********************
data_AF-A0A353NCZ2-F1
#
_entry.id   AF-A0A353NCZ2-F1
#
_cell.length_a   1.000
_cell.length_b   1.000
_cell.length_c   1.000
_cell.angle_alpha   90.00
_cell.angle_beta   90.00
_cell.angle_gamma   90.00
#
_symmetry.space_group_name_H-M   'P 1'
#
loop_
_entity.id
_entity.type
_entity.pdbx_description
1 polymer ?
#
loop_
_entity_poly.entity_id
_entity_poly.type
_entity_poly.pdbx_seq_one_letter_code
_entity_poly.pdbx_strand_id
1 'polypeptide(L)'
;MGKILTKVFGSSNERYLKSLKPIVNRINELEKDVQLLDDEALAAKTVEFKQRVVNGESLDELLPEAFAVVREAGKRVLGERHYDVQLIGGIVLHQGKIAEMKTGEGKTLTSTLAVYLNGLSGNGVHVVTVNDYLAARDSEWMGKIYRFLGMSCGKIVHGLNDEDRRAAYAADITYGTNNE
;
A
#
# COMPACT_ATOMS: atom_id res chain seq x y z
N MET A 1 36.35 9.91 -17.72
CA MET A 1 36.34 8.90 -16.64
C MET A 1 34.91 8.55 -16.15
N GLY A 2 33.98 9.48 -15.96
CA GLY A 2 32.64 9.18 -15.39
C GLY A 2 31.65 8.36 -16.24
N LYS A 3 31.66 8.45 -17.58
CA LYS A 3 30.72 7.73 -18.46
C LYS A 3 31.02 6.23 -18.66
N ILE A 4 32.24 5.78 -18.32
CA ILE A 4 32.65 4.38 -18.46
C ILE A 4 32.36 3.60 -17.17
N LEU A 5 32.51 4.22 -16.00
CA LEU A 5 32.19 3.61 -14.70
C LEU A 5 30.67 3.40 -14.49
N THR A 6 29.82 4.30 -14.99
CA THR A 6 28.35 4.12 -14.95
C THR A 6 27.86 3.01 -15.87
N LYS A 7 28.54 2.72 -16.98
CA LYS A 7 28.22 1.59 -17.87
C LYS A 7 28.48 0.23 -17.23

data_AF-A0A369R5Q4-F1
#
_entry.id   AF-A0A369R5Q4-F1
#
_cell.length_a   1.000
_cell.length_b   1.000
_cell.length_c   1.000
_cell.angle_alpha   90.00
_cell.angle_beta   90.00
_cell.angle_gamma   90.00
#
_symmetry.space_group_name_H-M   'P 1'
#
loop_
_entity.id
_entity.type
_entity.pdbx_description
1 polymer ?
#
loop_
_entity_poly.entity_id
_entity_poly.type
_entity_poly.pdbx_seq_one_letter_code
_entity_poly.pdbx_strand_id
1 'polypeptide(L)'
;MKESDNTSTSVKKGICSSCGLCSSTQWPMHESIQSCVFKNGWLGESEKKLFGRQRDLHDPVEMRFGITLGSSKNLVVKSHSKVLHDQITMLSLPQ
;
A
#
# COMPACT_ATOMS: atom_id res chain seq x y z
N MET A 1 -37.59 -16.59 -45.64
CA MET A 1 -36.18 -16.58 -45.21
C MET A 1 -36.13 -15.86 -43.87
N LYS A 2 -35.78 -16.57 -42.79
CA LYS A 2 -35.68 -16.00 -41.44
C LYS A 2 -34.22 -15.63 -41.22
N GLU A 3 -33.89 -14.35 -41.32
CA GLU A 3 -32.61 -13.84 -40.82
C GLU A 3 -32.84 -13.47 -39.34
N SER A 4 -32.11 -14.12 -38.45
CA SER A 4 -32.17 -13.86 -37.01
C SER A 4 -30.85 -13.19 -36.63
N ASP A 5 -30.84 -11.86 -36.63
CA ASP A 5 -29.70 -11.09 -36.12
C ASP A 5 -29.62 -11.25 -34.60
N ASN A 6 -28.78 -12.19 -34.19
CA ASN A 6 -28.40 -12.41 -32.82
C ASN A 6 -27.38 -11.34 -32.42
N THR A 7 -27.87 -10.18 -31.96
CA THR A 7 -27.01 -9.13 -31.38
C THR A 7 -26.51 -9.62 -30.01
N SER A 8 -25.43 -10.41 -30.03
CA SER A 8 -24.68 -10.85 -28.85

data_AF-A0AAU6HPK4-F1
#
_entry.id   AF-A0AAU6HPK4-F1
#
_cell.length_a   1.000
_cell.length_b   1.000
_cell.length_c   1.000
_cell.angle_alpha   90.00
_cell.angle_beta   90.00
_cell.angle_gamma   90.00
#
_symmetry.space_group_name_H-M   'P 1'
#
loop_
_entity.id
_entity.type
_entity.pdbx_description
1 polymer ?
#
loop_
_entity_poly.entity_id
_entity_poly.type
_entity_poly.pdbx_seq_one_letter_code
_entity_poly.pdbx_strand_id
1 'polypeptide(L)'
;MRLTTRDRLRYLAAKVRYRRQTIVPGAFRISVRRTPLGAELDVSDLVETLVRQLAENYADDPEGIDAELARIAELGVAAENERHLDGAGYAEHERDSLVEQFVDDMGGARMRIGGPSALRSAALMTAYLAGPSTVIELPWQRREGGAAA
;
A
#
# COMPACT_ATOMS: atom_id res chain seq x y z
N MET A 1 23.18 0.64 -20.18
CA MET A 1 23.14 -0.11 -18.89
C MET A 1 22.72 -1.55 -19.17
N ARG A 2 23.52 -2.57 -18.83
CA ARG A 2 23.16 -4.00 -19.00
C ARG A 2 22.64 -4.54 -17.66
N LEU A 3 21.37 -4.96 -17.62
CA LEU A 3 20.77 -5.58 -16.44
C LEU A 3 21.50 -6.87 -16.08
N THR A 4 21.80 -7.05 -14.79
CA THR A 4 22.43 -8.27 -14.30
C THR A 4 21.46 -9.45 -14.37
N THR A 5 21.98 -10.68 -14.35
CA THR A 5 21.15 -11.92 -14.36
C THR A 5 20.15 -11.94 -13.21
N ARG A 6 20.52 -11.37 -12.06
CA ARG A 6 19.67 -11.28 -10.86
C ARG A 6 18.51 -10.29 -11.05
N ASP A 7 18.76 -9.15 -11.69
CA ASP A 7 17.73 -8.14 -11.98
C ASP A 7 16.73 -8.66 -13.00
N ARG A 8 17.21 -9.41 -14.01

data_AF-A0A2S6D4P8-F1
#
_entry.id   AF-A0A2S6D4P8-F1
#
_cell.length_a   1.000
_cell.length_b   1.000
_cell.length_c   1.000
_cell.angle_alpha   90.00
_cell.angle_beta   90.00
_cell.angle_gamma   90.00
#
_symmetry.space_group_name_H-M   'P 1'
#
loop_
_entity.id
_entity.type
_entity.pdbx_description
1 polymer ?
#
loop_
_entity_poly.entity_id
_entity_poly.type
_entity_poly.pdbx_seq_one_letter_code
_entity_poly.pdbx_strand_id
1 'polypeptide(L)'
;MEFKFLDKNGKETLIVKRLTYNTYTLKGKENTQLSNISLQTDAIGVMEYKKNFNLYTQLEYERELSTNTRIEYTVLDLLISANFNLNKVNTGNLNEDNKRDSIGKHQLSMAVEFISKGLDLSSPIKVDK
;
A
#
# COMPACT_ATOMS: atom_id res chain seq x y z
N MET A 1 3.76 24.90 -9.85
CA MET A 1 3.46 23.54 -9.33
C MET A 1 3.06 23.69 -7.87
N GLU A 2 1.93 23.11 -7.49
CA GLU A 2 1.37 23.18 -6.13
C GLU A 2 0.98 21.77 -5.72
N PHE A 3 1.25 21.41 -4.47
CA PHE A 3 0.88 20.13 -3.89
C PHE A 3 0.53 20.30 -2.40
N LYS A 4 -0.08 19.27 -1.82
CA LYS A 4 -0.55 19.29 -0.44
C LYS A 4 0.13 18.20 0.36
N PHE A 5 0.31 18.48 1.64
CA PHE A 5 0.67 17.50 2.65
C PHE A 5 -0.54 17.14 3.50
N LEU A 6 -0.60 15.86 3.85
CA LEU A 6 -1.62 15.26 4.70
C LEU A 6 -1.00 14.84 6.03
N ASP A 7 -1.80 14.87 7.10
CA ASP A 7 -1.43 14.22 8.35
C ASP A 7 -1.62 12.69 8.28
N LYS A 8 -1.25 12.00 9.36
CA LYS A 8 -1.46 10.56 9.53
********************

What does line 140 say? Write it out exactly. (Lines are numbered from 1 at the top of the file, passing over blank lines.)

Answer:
C ARG A 2 22.64 -4.54 -17.66